679: "The Space Shuttle" with William Green
680: "Project Fires" with Aubrey Smith
681: "Space manufacturing" with Prof. Gerard O'Neill
698: "(NSTL) The National Space Technology Laboratories" with Roy Estess
699: "Our atmosphere" with Dr. Siegfried Bauer
700: "Satellite medical link" with Bobby Hegwood
701: "Base-line medical data for women astronauts" with Dr. Sam Pool
702: "Solar physics" with Dr. John Brandt
703: "Equal opportunity program" with Dr. Harriet Jenkins
704: "Space shuttle crew training" with George Abbey
705: "HEAO and the mysteries of space" with Richard Wildon of TRW
714: "GOES-B/NOAA" with Larry Heacook
715: "The Tech House" with John Samos
716: "HEAO-A3" with Dr. Herbert Gursky
717: "JPL" with Dr. Bruce Murray
NASA Special Reports
(1 program, 14 min. 30 sec., on each record)
127: "Apollo Soyuz crew report" featuring post-flight comments by Astronauts Stafford, Brand, Slayton; Cosmonauts Leonov, Kubasov
128: "1975 air and space review" featuring Dr. James C. Fletcher
130: "Images from Viking: a picture preview of Mars" featuring Harold Masursky and Dr. Thomas Mutch
131: "A biologists viewpoint: the search for life on Mars by Viking" featuring Dr. Lynn Margulis
132: "Viking ... Mars ... and planetary atmospheres" with Dr. Michael McElroy
133: "Viking biology: the search for life elsewhere" with Dr. Harold P. Klein
137: "The space telescope" with Dr. George B. Field
138: "Space colonization" with Gerard O'Neill & Dr. Richard Johnson
139: "(SETI) the search for extraterrestrial intelligence" with Dr. John Billingham
143: "Lunar samples and what they tell us" with Dr. Michael Duke
144: "HEAO - high Energy Astronomy Observatory" with Richard E. Halpern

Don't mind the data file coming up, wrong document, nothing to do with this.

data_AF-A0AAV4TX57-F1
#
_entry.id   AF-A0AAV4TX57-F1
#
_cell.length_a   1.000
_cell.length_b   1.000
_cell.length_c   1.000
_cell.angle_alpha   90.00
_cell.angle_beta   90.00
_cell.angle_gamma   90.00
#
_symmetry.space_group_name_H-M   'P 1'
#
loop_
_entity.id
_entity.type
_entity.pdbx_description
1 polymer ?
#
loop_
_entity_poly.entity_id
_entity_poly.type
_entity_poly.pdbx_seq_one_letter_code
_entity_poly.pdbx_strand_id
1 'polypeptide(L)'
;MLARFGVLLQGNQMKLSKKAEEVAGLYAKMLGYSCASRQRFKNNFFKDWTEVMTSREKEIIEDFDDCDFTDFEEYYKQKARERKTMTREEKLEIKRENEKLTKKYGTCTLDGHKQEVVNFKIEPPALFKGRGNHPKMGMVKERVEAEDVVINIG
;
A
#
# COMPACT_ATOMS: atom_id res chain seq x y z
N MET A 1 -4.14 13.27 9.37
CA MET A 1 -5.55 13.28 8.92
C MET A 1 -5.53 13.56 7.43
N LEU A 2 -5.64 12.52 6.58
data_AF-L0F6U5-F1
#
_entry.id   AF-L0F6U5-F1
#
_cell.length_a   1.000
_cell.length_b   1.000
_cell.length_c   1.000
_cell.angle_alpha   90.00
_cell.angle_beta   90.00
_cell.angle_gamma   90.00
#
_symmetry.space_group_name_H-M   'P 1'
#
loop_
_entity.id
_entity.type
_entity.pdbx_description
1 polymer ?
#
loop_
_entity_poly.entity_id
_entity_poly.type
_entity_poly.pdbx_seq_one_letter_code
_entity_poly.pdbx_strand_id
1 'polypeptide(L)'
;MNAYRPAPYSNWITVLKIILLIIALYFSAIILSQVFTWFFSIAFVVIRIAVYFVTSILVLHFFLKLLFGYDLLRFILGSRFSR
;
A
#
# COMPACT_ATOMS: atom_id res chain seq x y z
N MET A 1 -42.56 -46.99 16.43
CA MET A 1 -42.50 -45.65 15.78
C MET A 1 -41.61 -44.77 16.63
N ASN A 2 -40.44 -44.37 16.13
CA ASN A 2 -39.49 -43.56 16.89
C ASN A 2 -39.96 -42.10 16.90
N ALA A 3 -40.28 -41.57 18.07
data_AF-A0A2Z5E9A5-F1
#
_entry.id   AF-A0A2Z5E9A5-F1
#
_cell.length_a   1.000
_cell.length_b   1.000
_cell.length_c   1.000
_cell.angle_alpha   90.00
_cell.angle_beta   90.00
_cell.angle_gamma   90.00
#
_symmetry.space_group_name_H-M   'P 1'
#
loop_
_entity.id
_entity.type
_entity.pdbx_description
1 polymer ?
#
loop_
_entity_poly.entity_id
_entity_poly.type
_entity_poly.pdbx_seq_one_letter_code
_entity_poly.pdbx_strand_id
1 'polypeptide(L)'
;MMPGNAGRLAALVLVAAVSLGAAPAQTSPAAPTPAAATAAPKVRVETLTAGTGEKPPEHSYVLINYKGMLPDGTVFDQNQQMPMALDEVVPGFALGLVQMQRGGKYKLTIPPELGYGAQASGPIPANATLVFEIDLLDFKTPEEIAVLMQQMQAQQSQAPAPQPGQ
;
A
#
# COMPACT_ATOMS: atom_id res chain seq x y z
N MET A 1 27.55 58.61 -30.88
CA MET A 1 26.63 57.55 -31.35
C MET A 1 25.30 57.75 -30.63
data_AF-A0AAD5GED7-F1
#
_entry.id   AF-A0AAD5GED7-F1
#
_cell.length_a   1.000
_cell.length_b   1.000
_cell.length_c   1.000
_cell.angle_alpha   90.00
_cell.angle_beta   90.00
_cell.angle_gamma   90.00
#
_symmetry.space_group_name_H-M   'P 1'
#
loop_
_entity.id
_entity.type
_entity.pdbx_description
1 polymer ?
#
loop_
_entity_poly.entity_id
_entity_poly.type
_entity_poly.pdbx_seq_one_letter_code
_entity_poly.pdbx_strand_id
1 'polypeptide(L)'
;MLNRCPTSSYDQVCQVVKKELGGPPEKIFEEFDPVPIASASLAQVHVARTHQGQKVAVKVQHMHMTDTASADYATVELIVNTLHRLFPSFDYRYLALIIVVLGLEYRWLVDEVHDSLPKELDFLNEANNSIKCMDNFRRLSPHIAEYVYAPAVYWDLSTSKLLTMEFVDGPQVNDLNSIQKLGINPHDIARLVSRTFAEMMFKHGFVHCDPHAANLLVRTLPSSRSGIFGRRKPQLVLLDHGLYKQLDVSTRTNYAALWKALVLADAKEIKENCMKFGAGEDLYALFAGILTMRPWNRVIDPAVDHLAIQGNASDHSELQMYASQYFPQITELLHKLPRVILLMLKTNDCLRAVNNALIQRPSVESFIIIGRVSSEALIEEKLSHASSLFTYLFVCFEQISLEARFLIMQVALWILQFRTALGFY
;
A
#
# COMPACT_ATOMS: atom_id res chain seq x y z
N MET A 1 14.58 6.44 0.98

147: "JPL, the Jet Propulsion Laboratory" with Dr. Bruce Murray
Earth Resources Technology Satellite
Article: Jaffe, Leonard and Robert A. Summers. "The earth resources survey program jells." Astronautics and Aeronautics
pp. 24-40.
April 1971
Pamphlets: "Zero Population Growth" and "Does the population bomb threaten his future"
Benefits from Space
AIAA Student Journal
"Space Technology to Benefit Man."
Feb. 1972
General Electric Corporation. 4 publications
International Telephone and Telegraph Corporation. 3 publications
Marshall Space Flight Center, Huntsville, Alabama. 1 publication
NASA special news releases
2 items
North American Rockwell, Space Division. 2 publications
Photographs
1: Elderly woman with rechargeable heart pacemaker
2: 4 year old child with rechargeable heart pacemaker
3: New rechargeable heart pacemaker
4: Space suit for immune deficiency patients
5: Emergency fire escape device

Series II. Apollo Lunar Landing Program Return to Top

As its name indicates, the object of this program was to land astronauts on the moon. This series begins with the first manned flight, Apollo 7, and contains information on all subsequent flights. The later Apollo-Soyaz flight is also included in this series.